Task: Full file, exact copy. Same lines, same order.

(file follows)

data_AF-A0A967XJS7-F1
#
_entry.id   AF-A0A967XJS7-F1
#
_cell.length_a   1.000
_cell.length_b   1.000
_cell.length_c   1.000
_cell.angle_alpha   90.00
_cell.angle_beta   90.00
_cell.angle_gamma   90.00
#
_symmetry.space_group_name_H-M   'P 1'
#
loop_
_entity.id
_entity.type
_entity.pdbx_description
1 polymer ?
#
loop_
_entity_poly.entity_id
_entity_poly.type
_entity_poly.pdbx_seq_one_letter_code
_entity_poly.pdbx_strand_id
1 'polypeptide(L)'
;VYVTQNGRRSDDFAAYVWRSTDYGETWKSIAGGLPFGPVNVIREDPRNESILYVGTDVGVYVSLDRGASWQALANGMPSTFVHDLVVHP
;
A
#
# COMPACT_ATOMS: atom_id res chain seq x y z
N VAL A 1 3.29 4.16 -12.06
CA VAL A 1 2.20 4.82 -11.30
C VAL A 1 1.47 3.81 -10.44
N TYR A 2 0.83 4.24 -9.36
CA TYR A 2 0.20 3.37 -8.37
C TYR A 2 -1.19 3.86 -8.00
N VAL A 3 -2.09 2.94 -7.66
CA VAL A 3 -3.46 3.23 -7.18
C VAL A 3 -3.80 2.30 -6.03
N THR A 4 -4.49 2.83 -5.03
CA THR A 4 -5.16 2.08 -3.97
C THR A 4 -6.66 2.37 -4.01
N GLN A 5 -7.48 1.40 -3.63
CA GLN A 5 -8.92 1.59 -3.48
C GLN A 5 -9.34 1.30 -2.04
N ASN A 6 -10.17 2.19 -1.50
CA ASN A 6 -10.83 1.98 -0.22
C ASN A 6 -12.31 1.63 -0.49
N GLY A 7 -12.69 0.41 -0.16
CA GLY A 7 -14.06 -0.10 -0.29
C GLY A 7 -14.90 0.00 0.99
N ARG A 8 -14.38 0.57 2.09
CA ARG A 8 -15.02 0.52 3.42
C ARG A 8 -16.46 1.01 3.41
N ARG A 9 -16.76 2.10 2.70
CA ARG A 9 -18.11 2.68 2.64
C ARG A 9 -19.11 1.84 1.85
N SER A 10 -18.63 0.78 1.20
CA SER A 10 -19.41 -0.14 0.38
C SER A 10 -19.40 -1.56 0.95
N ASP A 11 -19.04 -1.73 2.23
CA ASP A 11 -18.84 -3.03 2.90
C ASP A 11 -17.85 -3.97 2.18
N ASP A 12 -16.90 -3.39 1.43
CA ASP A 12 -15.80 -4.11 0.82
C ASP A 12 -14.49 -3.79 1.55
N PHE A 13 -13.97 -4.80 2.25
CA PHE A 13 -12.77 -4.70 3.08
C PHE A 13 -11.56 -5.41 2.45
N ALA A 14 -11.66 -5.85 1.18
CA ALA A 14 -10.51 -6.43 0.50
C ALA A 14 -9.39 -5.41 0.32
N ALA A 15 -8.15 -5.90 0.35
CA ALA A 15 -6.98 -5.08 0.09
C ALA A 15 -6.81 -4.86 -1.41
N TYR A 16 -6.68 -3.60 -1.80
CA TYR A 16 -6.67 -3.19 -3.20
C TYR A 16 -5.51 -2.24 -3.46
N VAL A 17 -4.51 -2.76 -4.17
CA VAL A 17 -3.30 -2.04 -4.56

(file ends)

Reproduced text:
data_AF-A0A967XJS7-F1
#
_entry.id   AF-A0A967XJS7-F1
#
_cell.length_a   1.000
_cell.length_b   1.000
_cell.length_c   1.000
_cell.angle_alpha   90.00
_cell.angle_beta   90.00
_cell.angle_gamma   90.00
#
_symmetry.space_group_name_H-M   'P 1'
#
loop_
_entity.id
_entity.type
_entity.pdbx_description
1 polymer ?
#
loop_
_entity_poly.entity_id
_entity_poly.type
_entity_poly.pdbx_seq_one_letter_code
_entity_poly.pdbx_strand_id
1 'polypeptide(L)'
;VYVTQNGRRSDDFAAYVWRSTDYGETWKSIAGGLPFGPVNVIREDPRNESILYVGTDVGVYVSLDRGASWQALANGMPSTFVHDLVVHP
;
A
#
# COMPACT_ATOMS: atom_id res chain seq x y z
N VAL A 1 3.29 4.16 -12.06
CA VAL A 1 2.20 4.82 -11.30
C VAL A 1 1.47 3.81 -10.44
N TYR A 2 0.83 4.24 -9.36
CA TYR A 2 0.20 3.37 -8.37
C TYR A 2 -1.19 3.86 -8.00
N VAL A 3 -2.09 2.94 -7.66
CA VAL A 3 -3.46 3.23 -7.18
C VAL A 3 -3.80 2.30 -6.03
N THR A 4 -4.49 2.83 -5.03
CA THR A 4 -5.16 2.08 -3.97
C THR A 4 -6.66 2.37 -4.01
N GLN A 5 -7.48 1.40 -3.63
CA GLN A 5 -8.92 1.59 -3.48
C GLN A 5 -9.34 1.30 -2.04
N ASN A 6 -10.17 2.19 -1.50
CA ASN A 6 -10.83 1.98 -0.22
C ASN A 6 -12.31 1.63 -0.49
N GLY A 7 -12.69 0.41 -0.16
CA GLY A 7 -14.06 -0.10 -0.29
C GLY A 7 -14.90 0.00 0.99
N ARG A 8 -14.38 0.57 2.09
CA ARG A 8 -15.02 0.52 3.42
C ARG A 8 -16.46 1.01 3.41
N ARG A 9 -16.76 2.10 2.70
CA ARG A 9 -18.11 2.68 2.64
C ARG A 9 -19.11 1.84 1.85
N SER A 10 -18.63 0.78 1.20
CA SER A 10 -19.41 -0.14 0.38
C SER A 10 -19.40 -1.56 0.95
N ASP A 11 -19.04 -1.73 2.23
CA ASP A 11 -18.84 -3.03 2.90
C ASP A 11 -17.85 -3.97 2.18
N ASP A 12 -16.90 -3.39 1.43
CA ASP A 12 -15.80 -4.11 0.82
C ASP A 12 -14.49 -3.79 1.55
N PHE A 13 -13.97 -4.80 2.25
CA PHE A 13 -12.77 -4.70 3.08
C PHE A 13 -11.56 -5.41 2.45
N ALA A 14 -11.66 -5.85 1.18
CA ALA A 14 -10.51 -6.43 0.50
C ALA A 14 -9.39 -5.41 0.32
N ALA A 15 -8.15 -5.90 0.35
CA ALA A 15 -6.98 -5.08 0.09
C ALA A 15 -6.81 -4.86 -1.41
N TYR A 16 -6.68 -3.60 -1.80
CA TYR A 16 -6.67 -3.19 -3.20
C TYR A 16 -5.51 -2.24 -3.46
N VAL A 17 -4.51 -2.76 -4.17
CA VAL A 17 -3.30 -2.04 -4.56